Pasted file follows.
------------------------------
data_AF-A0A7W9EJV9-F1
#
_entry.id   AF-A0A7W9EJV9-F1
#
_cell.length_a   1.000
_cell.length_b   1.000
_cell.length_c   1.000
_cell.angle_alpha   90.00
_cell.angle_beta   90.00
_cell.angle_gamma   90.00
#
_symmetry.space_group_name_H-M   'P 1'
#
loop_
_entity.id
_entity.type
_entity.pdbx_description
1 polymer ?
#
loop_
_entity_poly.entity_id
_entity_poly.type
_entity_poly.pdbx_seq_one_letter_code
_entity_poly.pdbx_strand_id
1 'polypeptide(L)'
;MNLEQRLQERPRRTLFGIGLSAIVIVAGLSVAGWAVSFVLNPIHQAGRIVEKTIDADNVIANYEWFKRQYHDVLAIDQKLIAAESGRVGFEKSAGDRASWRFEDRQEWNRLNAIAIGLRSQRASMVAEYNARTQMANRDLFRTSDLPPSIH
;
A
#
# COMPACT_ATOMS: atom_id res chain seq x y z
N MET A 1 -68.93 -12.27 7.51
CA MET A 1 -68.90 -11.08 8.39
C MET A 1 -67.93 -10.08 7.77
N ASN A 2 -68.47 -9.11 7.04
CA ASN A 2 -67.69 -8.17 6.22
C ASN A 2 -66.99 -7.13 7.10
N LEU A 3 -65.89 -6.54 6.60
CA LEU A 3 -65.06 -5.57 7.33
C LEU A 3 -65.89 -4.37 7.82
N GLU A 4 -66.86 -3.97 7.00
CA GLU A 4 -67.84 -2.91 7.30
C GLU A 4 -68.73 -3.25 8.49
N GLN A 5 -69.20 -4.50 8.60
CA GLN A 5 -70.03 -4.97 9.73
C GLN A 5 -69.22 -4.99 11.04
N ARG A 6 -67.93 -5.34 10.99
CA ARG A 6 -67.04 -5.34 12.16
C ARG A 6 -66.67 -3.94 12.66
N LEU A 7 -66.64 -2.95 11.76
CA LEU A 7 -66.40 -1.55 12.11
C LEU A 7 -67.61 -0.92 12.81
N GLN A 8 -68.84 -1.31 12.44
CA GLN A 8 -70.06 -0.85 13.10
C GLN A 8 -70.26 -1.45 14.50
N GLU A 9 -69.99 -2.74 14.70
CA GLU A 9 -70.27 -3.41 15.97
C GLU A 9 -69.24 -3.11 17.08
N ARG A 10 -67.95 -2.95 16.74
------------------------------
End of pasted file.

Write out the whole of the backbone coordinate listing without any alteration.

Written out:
data_AF-A0A7W9EJV9-F1
#
_entry.id   AF-A0A7W9EJV9-F1
#
_cell.length_a   1.000
_cell.length_b   1.000
_cell.length_c   1.000
_cell.angle_alpha   90.00
_cell.angle_beta   90.00
_cell.angle_gamma   90.00
#
_symmetry.space_group_name_H-M   'P 1'
#
loop_
_entity.id
_entity.type
_entity.pdbx_description
1 polymer ?
#
loop_
_entity_poly.entity_id
_entity_poly.type
_entity_poly.pdbx_seq_one_letter_code
_entity_poly.pdbx_strand_id
1 'polypeptide(L)'
;MNLEQRLQERPRRTLFGIGLSAIVIVAGLSVAGWAVSFVLNPIHQAGRIVEKTIDADNVIANYEWFKRQYHDVLAIDQKLIAAESGRVGFEKSAGDRASWRFEDRQEWNRLNAIAIGLRSQRASMVAEYNARTQMANRDLFRTSDLPPSIH
;
A
#
# COMPACT_ATOMS: atom_id res chain seq x y z
N MET A 1 -68.93 -12.27 7.51
CA MET A 1 -68.90 -11.08 8.39
C MET A 1 -67.93 -10.08 7.77
N ASN A 2 -68.47 -9.11 7.04
CA ASN A 2 -67.69 -8.17 6.22
C ASN A 2 -66.99 -7.13 7.10
N LEU A 3 -65.89 -6.54 6.60
CA LEU A 3 -65.06 -5.57 7.33
C LEU A 3 -65.89 -4.37 7.82
N GLU A 4 -66.86 -3.97 7.00
CA GLU A 4 -67.84 -2.91 7.30
C GLU A 4 -68.73 -3.25 8.49
N GLN A 5 -69.20 -4.50 8.60
CA GLN A 5 -70.03 -4.97 9.73
C GLN A 5 -69.22 -4.99 11.04
N ARG A 6 -67.93 -5.34 10.99
CA ARG A 6 -67.04 -5.34 12.16
C ARG A 6 -66.67 -3.94 12.66
N LEU A 7 -66.64 -2.95 11.76
CA LEU A 7 -66.40 -1.55 12.11
C LEU A 7 -67.61 -0.92 12.81
N GLN A 8 -68.84 -1.31 12.44
CA GLN A 8 -70.06 -0.85 13.10
C GLN A 8 -70.26 -1.45 14.50
N GLU A 9 -69.99 -2.74 14.70
CA GLU A 9 -70.27 -3.41 15.97
C GLU A 9 -69.24 -3.11 17.08
N ARG A 10 -67.95 -2.95 16.74